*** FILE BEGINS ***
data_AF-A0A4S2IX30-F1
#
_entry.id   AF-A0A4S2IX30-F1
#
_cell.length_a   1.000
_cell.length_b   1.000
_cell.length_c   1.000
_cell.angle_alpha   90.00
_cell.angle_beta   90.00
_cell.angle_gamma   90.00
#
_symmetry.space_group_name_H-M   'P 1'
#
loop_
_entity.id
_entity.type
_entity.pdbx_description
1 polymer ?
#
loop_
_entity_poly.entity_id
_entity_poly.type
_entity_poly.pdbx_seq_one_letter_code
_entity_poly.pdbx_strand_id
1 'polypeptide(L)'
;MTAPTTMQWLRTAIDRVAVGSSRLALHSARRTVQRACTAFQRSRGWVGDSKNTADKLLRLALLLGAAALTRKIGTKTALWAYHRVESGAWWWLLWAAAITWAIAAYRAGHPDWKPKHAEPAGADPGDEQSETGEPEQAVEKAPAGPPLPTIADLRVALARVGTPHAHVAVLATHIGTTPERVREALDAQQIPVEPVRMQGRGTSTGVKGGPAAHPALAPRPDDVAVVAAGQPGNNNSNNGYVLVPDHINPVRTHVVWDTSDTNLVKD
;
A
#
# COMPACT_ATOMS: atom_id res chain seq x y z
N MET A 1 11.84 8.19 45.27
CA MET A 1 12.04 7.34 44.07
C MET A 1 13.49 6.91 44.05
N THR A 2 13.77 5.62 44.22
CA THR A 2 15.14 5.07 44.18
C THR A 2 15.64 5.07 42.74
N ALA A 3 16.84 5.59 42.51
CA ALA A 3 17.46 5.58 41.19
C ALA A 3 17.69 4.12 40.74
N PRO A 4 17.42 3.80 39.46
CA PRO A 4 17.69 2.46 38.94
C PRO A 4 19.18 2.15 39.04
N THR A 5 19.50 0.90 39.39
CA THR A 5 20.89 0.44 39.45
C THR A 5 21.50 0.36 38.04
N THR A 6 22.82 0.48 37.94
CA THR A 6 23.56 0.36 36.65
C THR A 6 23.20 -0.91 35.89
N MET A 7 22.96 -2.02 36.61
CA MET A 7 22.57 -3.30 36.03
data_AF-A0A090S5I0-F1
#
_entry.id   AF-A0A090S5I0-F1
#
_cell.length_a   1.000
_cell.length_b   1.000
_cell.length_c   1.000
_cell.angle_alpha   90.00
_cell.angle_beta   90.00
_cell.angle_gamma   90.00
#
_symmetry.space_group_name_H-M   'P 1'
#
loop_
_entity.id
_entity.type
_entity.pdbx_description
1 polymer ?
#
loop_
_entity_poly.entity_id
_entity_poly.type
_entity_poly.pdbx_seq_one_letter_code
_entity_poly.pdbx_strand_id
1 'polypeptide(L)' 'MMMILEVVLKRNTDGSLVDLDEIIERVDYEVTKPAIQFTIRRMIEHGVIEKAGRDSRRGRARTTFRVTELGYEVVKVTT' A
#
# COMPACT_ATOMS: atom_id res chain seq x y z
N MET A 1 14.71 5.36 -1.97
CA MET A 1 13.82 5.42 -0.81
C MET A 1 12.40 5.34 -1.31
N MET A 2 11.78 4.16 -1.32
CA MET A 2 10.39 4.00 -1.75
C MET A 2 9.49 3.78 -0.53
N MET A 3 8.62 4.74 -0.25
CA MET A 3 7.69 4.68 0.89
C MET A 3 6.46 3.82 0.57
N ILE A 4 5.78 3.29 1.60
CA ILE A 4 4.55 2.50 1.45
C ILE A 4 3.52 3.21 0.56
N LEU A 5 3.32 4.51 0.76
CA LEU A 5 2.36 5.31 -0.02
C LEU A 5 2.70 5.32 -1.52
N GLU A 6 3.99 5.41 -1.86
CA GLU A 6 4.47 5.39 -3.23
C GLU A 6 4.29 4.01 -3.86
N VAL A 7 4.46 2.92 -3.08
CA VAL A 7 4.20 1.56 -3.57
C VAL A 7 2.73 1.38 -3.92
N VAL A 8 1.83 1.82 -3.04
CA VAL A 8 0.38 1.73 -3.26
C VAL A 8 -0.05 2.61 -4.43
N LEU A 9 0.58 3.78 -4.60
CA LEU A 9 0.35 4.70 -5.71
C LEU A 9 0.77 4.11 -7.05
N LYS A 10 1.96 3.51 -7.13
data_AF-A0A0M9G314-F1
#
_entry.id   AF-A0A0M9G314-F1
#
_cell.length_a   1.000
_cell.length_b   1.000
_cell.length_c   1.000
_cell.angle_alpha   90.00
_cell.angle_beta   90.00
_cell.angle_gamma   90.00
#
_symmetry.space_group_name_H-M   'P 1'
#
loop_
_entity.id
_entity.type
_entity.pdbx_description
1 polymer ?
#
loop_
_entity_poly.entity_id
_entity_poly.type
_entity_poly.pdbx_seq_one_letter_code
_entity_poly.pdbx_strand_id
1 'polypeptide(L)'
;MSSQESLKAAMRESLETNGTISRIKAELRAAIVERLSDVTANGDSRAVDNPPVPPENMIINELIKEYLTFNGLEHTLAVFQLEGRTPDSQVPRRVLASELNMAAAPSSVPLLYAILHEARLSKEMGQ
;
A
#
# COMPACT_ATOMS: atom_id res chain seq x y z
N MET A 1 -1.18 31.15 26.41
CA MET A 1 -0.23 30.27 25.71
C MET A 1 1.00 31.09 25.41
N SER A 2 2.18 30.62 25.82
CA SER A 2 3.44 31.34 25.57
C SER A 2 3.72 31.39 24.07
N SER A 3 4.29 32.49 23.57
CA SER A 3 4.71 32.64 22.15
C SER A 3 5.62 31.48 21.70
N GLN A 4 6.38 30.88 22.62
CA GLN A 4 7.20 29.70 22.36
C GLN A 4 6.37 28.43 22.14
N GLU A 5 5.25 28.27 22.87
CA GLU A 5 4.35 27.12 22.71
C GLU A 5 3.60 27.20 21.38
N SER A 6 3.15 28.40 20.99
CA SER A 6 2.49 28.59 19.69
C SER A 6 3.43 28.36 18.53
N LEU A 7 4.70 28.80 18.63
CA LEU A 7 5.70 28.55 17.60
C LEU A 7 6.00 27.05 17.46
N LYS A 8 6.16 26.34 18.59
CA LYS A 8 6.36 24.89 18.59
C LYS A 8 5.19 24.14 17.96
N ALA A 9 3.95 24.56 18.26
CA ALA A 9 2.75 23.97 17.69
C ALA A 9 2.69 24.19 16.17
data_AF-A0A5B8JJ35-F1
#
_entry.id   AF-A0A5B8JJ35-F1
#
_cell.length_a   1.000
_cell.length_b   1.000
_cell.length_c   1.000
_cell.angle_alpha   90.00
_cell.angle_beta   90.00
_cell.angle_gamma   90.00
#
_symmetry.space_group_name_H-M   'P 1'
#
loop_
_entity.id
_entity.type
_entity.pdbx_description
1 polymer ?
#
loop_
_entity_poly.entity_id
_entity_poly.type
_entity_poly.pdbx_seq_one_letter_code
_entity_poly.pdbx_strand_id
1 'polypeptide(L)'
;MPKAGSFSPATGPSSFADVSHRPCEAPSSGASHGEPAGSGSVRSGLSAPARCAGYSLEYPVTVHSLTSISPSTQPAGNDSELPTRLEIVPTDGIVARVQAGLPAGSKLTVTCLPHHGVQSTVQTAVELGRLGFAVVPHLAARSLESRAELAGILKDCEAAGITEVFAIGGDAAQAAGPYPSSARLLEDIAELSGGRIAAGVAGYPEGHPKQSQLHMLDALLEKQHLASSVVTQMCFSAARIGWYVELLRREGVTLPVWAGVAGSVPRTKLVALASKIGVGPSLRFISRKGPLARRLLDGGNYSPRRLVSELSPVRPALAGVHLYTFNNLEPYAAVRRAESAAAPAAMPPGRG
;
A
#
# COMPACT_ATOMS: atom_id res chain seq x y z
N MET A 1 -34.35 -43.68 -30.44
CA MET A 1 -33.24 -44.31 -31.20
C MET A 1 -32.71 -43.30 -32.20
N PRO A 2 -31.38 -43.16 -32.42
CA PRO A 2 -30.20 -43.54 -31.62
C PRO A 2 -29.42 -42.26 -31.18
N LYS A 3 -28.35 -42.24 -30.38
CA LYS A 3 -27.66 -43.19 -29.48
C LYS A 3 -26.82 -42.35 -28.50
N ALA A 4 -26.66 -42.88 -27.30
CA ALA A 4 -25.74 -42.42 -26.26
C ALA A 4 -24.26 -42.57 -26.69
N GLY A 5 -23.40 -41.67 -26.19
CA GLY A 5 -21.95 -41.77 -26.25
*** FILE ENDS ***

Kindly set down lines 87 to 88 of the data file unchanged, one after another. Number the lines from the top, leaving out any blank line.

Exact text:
N ILE A 4 5.78 3.29 1.60
CA ILE A 4 4.55 2.50 1.45